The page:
Fireproof basalt-fiber reinforced ceramic composite developed in Italy

Fireproof basalt-fiber reinforced ceramic composite developed in Italy

The experimental tests proved that basalt fiber reinforced ceramic composite retained its properties up to 1200 °C.

The engineers called the new material BasKer (basalt + ceramics). It is a composite based on basalt fiber and a ceramic matrix.

Its remarkable characteristics go beyond light weight, high insulation properties, fireproofing and thermal stability. BasKer developers outline some other unmatched advantages that this novel material offers.

  • safety and eco-friendliness because it is recyclable;
  • its cost of production is comparable with polymer composites and, as expected, will get cheaper in the future;
  • high performance because of reducing vehicle weight that leads to decreasing fuel consumption and, consequently, the impact on the environment.

Basalt ceramic composites find wide application in manufacturing exhaust pipes and heat shields, fireproof panels and doors used in the transportation, construction, aerospace, military and sports industries.

BasKer is produced from pre-ceramic prepreg that is a pre-impregnated polymer semi-finished product, which is converted to fiber reinforced ceramics by pyrolyzing at 700 ° C.

The developers also conducted several experimental tests showing that this new material retains its shape and thermal structural abilities up to 600-800 ° C, and the fire resistance and thermal insulation properties up to 1200 ° C.

BasKer was created as part of the EEE-CFCC project (Evoluzione Economicamente ed Ecologicamente sostenibile di Compositi Fibrorinforzati a matrice Ceramica forma Complessa), coordinated by ENEA (Italian Agency for New Technologies, Energy and Sustainable Development) with the participation of other research centers.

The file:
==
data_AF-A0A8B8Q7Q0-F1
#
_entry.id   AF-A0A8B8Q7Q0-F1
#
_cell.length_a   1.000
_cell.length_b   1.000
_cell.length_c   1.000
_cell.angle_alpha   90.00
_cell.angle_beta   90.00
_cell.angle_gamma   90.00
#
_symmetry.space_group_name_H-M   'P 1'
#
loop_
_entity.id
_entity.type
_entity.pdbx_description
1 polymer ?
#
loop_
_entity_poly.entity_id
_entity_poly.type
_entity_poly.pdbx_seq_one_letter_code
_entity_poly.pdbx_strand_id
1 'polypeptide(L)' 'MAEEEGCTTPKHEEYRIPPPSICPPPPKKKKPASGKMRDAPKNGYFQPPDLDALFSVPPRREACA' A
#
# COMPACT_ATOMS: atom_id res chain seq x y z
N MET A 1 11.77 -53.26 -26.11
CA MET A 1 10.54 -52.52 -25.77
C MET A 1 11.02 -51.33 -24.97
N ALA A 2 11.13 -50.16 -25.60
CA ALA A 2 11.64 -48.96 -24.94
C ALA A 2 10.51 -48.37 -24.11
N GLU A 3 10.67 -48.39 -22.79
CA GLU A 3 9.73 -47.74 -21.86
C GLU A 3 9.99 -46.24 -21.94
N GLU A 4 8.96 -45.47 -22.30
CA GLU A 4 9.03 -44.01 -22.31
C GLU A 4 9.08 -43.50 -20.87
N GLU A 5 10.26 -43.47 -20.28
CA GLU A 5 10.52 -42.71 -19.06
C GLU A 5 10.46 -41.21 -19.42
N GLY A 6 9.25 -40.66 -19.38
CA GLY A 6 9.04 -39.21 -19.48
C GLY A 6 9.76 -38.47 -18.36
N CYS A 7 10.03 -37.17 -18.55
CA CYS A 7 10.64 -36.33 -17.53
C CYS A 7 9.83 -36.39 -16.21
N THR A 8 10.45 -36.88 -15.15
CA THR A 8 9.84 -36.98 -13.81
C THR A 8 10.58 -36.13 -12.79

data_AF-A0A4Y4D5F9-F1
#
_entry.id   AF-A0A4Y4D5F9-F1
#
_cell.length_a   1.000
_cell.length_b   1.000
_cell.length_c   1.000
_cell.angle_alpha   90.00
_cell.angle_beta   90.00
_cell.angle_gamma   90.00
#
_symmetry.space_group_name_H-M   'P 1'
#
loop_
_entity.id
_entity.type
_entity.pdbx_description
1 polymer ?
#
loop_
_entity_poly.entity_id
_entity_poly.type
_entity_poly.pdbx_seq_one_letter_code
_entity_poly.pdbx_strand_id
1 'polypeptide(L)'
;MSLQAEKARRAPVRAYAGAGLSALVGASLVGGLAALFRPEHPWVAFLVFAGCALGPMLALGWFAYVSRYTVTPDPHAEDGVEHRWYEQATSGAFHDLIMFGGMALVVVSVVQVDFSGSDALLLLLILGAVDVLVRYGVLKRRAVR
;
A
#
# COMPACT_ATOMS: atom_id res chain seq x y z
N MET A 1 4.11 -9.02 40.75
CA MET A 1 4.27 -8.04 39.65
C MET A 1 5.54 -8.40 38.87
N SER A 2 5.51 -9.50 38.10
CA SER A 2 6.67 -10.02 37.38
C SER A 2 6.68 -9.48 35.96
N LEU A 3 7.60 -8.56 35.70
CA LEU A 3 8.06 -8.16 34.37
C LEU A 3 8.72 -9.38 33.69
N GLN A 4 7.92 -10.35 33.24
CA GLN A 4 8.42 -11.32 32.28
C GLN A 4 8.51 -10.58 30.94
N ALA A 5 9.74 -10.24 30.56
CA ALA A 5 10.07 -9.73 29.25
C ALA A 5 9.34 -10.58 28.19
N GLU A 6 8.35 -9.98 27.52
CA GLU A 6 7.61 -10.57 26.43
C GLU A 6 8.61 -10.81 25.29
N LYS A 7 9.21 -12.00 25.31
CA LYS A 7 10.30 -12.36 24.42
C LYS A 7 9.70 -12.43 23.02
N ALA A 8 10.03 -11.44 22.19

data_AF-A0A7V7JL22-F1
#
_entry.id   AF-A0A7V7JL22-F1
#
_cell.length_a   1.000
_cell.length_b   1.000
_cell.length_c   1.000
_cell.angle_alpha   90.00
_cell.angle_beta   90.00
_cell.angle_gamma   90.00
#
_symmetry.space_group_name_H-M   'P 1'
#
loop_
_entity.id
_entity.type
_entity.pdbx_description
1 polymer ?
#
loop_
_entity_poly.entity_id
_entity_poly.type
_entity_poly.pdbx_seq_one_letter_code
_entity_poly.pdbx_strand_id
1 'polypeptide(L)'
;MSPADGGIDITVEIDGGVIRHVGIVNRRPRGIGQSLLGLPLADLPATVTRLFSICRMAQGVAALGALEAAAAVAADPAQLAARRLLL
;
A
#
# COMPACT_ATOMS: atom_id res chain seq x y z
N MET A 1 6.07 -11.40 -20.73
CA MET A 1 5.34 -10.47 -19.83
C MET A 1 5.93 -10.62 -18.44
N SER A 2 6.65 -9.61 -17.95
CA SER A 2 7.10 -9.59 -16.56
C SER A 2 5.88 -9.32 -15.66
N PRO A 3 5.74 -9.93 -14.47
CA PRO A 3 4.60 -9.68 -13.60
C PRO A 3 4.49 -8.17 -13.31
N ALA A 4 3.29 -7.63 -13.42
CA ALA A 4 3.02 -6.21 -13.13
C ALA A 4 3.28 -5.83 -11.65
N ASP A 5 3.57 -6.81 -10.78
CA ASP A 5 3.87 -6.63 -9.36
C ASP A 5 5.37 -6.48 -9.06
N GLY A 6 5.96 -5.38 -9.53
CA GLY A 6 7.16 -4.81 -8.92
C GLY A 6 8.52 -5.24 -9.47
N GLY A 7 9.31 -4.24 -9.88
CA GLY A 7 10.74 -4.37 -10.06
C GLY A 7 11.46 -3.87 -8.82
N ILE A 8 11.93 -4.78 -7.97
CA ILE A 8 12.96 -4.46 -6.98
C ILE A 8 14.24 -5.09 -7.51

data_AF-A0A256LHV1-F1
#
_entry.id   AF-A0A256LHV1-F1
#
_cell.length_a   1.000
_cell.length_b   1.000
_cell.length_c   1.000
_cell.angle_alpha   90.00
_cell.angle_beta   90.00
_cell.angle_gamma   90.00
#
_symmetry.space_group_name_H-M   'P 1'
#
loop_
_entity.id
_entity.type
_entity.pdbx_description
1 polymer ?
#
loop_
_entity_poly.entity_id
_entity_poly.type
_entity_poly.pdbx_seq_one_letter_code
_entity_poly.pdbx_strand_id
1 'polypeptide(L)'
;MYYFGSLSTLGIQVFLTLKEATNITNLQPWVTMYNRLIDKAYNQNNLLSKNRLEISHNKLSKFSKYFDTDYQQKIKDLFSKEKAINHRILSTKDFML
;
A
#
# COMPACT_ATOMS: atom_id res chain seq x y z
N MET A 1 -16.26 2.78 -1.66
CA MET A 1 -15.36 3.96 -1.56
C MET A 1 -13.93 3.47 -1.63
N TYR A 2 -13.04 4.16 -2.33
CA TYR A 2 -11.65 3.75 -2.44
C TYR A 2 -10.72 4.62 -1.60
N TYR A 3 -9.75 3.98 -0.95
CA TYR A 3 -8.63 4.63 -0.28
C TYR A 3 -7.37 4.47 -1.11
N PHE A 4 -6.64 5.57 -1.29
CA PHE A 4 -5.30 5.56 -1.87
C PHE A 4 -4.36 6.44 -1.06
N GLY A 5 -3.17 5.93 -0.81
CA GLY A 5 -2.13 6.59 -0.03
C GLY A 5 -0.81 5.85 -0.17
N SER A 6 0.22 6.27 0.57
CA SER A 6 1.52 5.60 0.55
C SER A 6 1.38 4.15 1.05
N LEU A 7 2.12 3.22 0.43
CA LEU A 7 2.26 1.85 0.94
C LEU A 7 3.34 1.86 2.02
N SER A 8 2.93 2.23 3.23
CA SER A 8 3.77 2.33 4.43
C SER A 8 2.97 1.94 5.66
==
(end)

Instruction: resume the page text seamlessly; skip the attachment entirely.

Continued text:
In addition to the material, they developed pilot plants for prepregs and its components, in particular, a pyrolysis line and a hot-moulding unit which enables much faster and more economical large-scale production in comparison to autoclave production.

So, naturally, the developers produced various demonstration samples from the novel material on the pilot equipment, including: heat shields, exhaust pipes and fireproof insulation panels. Also, the foundations were laid for the LCA analysis (life-cycle assessment) and solutions at the end of their working life.

Claudio Mingazzini, a spokesperson from ENEA says:

“Although the production process based on pyrolysis is energy-intensive in nature, the properties of these composites allow them to reduce energy consumption and increase safety in a wide range of applications in the transportation and construction, which gives hope to be introduced into industrial production in a short time.”

ENEA had worked with basalt materials before, for instance in developing solutions for cost-effective and efficient reinforcement of buildings walls in order to improve their seismic resistance.